Tuesday, 21 October 2014 09:45
Published in IVF Research

Micro-vibration culture of human embryos improves pregnancy and implantation rates

 I. El-Danasouri, N.L. Sandi-Monroy, T. Winkle, K. Ott, C. Krebs, D.H.A. Maas, F. Gagsteiger

Kinderwunsch-Zentrum Ulm/ Stuttgart, Ulm, BW, Germany
* Corresponding author. E-mail address: This email address is being protected from spambots. You need JavaScript enabled to view it.


Embryos in vivo are not present in a static condition, since in the fallopian tube they are exposed to continuous movement, compression caused by the cilia and peristaltic movements, and shear stress from tubal fluid flow. In this study, we compared the outcome of human oocytes and embryos cultured in a micro-vibration culture system for In Vitro Fertilization (IVF) patients in comparison to the traditional static culture environment.


Embryos in vivo are not present i

Materials and Methods

Oocytes and embryos from 1943 patients enrolled in IVF treatment from January 2010 to February 2013 were cultured in a traditional static culture, while 497 patients’ embryos from March 2013 to March 2014 were cultured in a micro-vibration culture. In the micro-vibration group, culture dishes were placed on the top of a platform producing a three-dimensional vibration of 56 Hz for 5 seconds every 60 minutes. Patients in both groups were compared according to their age (< 30; 30-35; 36-38 and >39 years old). The outcomes of micro-vibration culturing were compared for fertilization, blastulation, pregnancy and implantation rates. Variables were analyzed by chi-square test and Fisher’s exact test.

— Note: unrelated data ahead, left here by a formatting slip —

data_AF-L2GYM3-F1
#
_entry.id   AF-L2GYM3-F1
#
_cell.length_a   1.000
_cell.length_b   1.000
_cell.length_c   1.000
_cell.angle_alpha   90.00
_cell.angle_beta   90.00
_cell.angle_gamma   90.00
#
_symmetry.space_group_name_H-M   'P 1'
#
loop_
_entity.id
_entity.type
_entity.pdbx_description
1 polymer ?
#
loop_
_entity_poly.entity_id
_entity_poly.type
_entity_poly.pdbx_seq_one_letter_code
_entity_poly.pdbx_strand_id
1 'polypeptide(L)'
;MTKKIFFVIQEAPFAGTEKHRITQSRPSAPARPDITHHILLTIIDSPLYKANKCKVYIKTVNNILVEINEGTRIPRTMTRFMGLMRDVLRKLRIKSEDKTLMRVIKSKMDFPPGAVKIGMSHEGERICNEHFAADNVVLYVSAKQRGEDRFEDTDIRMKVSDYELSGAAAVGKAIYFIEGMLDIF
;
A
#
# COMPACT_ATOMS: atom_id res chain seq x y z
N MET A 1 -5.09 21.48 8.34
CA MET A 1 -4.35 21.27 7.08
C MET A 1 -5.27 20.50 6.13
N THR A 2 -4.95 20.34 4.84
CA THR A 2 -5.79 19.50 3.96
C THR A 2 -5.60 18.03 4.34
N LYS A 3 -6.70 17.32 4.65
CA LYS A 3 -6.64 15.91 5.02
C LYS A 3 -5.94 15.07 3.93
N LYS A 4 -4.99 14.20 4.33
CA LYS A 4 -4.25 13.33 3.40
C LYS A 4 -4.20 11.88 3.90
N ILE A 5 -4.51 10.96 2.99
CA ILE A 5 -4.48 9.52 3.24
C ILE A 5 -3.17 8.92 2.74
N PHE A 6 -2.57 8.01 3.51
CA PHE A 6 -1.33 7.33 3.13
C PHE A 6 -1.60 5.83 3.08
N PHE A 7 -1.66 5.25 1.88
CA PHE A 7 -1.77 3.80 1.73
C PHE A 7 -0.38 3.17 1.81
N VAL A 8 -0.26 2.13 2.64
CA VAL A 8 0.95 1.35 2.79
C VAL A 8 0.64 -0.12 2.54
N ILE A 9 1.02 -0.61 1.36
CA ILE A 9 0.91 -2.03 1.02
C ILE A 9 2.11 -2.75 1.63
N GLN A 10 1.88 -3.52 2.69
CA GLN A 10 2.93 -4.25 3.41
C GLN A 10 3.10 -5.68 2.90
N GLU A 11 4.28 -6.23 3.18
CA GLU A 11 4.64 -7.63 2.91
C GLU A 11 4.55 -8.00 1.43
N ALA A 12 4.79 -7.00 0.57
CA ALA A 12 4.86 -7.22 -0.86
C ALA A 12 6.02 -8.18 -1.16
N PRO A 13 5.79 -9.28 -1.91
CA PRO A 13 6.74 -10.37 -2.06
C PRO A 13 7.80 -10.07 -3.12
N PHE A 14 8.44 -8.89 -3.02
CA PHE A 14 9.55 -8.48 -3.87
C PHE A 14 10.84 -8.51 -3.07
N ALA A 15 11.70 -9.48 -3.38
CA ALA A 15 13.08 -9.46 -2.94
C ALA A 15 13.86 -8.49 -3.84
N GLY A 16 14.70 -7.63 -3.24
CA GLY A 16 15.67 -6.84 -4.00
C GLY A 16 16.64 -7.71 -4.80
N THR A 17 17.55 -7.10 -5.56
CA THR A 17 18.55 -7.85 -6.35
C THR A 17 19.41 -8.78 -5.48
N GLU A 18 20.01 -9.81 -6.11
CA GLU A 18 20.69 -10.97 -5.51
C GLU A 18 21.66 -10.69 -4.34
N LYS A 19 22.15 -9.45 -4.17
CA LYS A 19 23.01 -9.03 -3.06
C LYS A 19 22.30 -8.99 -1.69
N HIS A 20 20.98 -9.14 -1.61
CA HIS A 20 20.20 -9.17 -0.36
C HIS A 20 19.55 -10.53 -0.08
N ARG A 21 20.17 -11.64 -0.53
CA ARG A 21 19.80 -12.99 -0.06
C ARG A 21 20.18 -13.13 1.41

Pregnancy rates significantly increased in the micro-vibration culture in younger patient groups compared to the static culture groups (< 30: 59.4% vs. 38.4%, P=0.0006; 30-35: 50% vs. 36.3%, P<=0.0005; 36-38: 42.7% vs. 31.2%, P=0.03) as did the implantation rate (<30: 54.2% vs. 25.5%, P<0.0001; 30-35: 48.1% vs. 30.1%, P<0.0001; 36-38: 40.3% vs. 26.5%, P<0.0001). The number of transferred embryos and day of transfer did not differ between these groups. For patients >39-years-old, micro-vibration culture tended to increase both pregnancy and implantation rates over the static culture but did not reach statistical significance (20.6% vs. 17.2%, P=0.41 and 21.1% vs. 15.3%, P=0.08, respectively). Micro-vibration culturing produced no effect on the fertilization rate. In addition, the overall blastulation rate was significantly higher in the micro-vibration culture compared to the static culture (40.5% vs. 31.2%, P<0.0001).


These results demonstrate clearly that the three-dimensional micro-vibration culture of oocytes and embryos significantly increases pregnancy and implantation rates. Mechanical vibration of the embryo may mimic the embryo’s in vivo environment and may cause movement of media around the embryo aiding in refreshing the media surrounding the embryos and diffusion of waste material.


Copyright © 2017 Elsevier Inc.
©September 2014 Published by Elsevier Inc. Volume 102, Issue 3, Supplement, Page e217



Last modified on Friday, 07 July 2017 10:06

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